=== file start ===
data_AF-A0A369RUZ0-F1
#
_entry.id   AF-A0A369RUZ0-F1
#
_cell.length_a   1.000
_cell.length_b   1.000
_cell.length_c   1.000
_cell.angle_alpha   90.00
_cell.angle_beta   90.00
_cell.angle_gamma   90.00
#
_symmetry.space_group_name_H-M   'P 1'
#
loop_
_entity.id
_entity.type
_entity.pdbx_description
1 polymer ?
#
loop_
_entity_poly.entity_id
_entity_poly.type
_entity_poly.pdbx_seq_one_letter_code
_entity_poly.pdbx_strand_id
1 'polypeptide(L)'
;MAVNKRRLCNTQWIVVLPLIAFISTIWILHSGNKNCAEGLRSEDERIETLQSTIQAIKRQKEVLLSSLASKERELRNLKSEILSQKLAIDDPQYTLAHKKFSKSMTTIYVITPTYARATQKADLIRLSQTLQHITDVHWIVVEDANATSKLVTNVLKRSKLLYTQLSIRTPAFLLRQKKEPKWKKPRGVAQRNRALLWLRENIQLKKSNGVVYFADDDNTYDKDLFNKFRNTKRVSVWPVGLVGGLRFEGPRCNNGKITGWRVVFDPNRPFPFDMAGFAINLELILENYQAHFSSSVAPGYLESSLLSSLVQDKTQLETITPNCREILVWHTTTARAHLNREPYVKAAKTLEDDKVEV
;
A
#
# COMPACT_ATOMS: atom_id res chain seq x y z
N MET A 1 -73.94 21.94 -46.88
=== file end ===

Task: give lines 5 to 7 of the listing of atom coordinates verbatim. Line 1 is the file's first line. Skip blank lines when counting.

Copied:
_cell.length_a   1.000
_cell.length_b   1.000
_cell.length_c   1.000